Welcome Siddhartha Banerjee
- New Faculty Year: 2015
Siddhartha Banerjee studies complex large-scale systems with many interacting agents and difficult sets of problems to solve. One such set of problems arises in the design of online marketplaces such as eBay and Etsy (for goods); Lyft and Uber (for transportation); Upwork (for online work); and Airbnb (for lodging). These platforms have many levers they can pull to manipulate the activities and decisions of service providers and service users. For example, ride-sharing platforms like Lyft and Uber can choose which driver to match to which passenger and at what price, and moreover, can give passengers and drivers the opportunity to rate each other.
Banerjee creates models that help these platforms know which levers to pull, and when to pull them. In a recent project, he spent some time working with the Lyft data science team, helping them develop their dynamic surge-pricing algorithm. “My main focus,” says Banerjee, “is applying math to complex real-world systems to help them operate more effectively and efficiently. I find it exciting to develop theoretical models for these systems, and moreover, to be able to transfer my work from the theoretical to the practical,” says Banerjee.
Banerjee joined Cornell’s School of Operations Research and Information Engineering (ORIE) this year. From 2013 to 2015 he was a post-doctoral researcher in the Social Algorithms Lab at Stanford University. He received his Ph.D. in Electrical and Computer Engineering in 2013 from the University of Texas—Austin. Along the way, he has developed a specific set of skills that he believes are an excellent fit with the challenges that arise in large, complex systems. “My background in electrical and computer engineering, applied probability, economics and game theory give me a toolset that matches well with the scaling problems facing many companies. I am trying to find the right problems where my modeling tools will be most useful.”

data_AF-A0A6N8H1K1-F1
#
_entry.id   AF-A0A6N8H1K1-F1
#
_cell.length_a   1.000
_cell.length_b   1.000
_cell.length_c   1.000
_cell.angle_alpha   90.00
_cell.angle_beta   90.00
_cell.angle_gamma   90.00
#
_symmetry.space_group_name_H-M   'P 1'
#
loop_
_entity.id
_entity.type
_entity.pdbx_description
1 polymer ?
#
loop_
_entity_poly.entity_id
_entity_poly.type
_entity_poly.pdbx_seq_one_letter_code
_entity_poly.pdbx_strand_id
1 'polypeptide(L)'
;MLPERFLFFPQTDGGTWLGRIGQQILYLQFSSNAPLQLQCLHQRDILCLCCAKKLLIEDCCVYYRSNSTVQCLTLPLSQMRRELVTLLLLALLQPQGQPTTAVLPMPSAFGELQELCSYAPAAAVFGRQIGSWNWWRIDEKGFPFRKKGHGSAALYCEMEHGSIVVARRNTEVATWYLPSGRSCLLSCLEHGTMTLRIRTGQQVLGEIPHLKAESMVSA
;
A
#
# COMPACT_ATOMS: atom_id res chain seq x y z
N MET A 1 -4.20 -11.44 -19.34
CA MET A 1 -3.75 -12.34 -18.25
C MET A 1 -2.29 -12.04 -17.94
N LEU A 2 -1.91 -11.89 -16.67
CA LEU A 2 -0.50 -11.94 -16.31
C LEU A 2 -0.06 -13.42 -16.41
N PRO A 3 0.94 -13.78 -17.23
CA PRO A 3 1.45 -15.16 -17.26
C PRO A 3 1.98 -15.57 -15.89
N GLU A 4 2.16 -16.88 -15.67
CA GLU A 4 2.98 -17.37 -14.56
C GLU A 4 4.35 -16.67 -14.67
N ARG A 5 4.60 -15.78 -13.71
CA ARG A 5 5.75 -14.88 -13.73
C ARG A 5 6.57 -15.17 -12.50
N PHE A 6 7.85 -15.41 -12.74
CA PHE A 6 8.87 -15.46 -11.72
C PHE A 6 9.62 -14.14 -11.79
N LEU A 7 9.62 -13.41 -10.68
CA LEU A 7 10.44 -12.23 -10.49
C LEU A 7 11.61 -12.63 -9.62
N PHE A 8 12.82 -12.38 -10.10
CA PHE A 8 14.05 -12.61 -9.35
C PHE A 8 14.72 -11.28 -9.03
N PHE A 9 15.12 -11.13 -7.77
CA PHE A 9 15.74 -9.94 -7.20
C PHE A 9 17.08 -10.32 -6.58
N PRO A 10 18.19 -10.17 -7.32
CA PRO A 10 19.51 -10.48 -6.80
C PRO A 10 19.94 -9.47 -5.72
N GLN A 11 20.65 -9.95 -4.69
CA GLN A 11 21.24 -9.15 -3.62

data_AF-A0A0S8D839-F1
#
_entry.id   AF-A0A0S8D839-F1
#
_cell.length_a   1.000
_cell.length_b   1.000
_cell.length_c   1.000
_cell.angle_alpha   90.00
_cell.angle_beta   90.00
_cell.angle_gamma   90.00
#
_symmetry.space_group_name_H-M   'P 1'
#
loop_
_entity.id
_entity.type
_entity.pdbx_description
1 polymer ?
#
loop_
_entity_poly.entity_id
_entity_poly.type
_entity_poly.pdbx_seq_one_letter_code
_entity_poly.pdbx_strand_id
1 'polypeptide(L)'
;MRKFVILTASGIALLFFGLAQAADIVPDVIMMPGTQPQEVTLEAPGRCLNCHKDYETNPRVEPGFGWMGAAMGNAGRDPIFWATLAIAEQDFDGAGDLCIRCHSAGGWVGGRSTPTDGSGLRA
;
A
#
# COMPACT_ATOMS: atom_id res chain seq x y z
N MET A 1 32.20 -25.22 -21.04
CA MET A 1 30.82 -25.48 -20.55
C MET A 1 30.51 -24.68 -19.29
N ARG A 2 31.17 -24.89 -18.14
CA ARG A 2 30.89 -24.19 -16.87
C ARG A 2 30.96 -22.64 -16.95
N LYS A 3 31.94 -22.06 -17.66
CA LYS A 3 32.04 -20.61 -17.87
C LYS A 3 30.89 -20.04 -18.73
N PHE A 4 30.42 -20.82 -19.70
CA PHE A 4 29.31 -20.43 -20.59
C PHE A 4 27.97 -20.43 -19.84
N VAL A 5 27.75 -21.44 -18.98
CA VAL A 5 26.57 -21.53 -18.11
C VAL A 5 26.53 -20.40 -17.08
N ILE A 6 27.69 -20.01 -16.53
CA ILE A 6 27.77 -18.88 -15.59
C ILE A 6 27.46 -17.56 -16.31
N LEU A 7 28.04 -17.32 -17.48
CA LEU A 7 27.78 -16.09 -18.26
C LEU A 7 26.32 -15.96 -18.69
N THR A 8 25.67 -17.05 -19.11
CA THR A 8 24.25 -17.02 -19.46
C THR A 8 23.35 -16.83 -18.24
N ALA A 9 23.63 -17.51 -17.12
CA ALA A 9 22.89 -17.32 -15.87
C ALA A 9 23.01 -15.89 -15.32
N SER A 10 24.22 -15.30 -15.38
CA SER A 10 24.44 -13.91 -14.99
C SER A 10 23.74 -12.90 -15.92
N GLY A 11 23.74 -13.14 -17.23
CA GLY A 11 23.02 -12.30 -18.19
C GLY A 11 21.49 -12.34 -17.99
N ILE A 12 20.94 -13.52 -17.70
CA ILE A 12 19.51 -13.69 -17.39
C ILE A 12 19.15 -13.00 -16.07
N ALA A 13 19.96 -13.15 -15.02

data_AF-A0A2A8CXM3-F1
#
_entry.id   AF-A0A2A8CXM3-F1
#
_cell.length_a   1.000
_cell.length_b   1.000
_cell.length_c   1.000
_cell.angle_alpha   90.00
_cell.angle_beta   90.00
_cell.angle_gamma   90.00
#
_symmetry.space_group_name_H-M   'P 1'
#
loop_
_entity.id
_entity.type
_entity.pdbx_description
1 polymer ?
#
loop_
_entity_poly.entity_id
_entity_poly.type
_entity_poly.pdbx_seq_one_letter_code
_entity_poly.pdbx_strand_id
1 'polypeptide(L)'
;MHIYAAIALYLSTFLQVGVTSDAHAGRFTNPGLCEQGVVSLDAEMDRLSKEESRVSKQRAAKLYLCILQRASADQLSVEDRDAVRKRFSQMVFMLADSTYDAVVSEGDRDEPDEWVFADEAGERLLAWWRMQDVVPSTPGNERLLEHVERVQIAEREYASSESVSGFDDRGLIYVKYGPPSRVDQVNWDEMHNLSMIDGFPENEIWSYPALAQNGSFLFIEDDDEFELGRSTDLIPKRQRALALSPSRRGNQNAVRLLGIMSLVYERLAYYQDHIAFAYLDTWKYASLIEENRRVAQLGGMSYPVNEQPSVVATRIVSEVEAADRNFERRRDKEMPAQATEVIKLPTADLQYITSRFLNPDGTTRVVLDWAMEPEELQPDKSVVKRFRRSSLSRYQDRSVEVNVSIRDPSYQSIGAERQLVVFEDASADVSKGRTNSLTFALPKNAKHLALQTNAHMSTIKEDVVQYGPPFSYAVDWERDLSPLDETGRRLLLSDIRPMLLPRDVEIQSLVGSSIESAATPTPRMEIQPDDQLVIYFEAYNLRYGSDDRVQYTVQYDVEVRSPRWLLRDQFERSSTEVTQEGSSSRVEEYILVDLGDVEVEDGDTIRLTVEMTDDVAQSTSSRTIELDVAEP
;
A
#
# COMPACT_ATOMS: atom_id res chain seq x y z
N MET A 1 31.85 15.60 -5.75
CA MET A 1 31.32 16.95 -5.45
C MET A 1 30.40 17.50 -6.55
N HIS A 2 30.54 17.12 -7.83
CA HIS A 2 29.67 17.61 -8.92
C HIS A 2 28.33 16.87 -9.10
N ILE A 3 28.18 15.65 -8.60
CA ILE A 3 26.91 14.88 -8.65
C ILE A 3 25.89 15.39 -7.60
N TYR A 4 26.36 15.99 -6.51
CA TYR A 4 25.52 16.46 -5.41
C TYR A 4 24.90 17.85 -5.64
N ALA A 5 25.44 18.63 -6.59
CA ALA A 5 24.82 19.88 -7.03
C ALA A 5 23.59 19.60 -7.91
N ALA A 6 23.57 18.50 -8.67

When Banerjee starts building a mathematical model of a complicated system, he first creates a simple model, and then sharpens it based on reality. An important ingredient is understanding how the actions of each of the individual agents collectively affect the system. “Small individual interactions together drive these systems to an equilibrium state, where if even one piece changes, everything else reacts and eventually a new equilibrium is established,” says Banerjee. “My research aims to figure out and optimize how these small changes affect the system in the long term, not just today or tomorrow.”
One challenge is in taking into account all of the many factors at play, says Banerjee. “These models are mathematically complex, but there is also room for instinct. The real question for me is ‘How do I make a model that captures enough of these effects, but is still useful?’.” Another challenge is in incorporating features that are often unique to these systems. “For example, though we usually think of people having easy-to-define utility curves, this is often not the case in online platforms,” says Banerjee. “Instead, people often discover what they want while using the tools and platforms.”
Working on these problems requires inputs from experts in diverse fields, for which Banerjee is looking forward to collaborating with other Cornell researchers. “Research, for me, is a team sport,” he says. “I find it difficult to work in an isolated way. That’s why I came to Cornell—there are a lot of faculty here on a similar wavelength to me. There is an openness here and people talk to each other across disciplines. When I came to visit it was clear right away that there are a lot of people here I would love to collaborate with.” In addition to his research at Cornell, Banerjee is looking forward to teaching. “Doing a post-doc was a good change of mindset for me. It helped prepare me for teaching and a faculty position,” says Banerjee. “I think I will really enjoy teaching—I like trying to explain ideas and I am looking forward to the challenge.”
Banerjee is also looking forward to getting out into the hills of Ithaca and doing some running. “I was at the University of Texas in Austin for my Master’s and Ph.D. and there is a big running culture there. I started running and really enjoy it.” In addition to running, Banerjee enjoys playing percussion instruments. He is a student of the traditional Indian percussion instrument called the tabla, and he says, “It would be really great to have a full drumset here.”